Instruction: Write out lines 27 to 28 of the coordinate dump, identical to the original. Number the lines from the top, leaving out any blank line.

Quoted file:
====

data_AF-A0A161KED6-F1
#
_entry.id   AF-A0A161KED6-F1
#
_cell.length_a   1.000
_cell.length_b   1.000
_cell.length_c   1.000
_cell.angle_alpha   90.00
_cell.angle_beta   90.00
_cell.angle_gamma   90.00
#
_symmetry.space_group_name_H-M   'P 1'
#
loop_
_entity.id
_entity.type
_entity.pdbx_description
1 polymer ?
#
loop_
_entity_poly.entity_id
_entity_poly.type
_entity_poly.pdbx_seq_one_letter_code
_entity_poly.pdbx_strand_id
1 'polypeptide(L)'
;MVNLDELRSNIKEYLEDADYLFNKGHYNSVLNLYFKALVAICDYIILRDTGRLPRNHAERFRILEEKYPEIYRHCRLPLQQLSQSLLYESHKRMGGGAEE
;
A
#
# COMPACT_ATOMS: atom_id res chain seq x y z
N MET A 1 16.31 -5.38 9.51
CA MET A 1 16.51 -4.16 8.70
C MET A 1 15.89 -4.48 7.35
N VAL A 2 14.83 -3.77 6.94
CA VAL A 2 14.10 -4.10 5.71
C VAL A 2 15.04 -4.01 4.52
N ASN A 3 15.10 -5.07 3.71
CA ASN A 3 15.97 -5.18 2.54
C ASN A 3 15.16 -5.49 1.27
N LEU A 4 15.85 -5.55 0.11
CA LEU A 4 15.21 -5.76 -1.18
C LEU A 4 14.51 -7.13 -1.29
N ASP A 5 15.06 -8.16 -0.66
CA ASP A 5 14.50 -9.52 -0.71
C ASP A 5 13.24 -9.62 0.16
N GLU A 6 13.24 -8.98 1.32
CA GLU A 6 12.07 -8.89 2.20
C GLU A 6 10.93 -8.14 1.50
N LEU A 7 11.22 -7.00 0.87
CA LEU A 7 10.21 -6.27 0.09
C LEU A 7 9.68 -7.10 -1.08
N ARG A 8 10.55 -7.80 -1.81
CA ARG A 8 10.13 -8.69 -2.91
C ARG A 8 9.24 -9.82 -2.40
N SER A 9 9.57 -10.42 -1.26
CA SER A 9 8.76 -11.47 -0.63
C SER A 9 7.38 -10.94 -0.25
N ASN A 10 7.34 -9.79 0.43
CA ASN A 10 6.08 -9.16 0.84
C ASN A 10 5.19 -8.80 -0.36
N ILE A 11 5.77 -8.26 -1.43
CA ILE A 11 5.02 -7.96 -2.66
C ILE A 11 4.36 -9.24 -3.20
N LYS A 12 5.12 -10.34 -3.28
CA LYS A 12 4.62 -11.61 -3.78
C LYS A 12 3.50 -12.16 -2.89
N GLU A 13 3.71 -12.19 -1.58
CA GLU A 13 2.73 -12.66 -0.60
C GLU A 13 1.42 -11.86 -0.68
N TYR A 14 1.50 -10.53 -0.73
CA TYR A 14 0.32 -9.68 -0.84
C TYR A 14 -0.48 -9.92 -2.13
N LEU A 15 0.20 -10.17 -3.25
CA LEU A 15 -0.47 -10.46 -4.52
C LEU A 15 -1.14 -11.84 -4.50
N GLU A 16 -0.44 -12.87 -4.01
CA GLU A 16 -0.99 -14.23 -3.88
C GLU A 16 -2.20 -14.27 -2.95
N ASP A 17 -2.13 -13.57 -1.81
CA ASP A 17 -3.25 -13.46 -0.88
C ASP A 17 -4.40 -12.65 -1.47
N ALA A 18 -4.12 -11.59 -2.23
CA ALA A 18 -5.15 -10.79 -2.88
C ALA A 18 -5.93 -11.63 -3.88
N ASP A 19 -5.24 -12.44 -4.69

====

;
A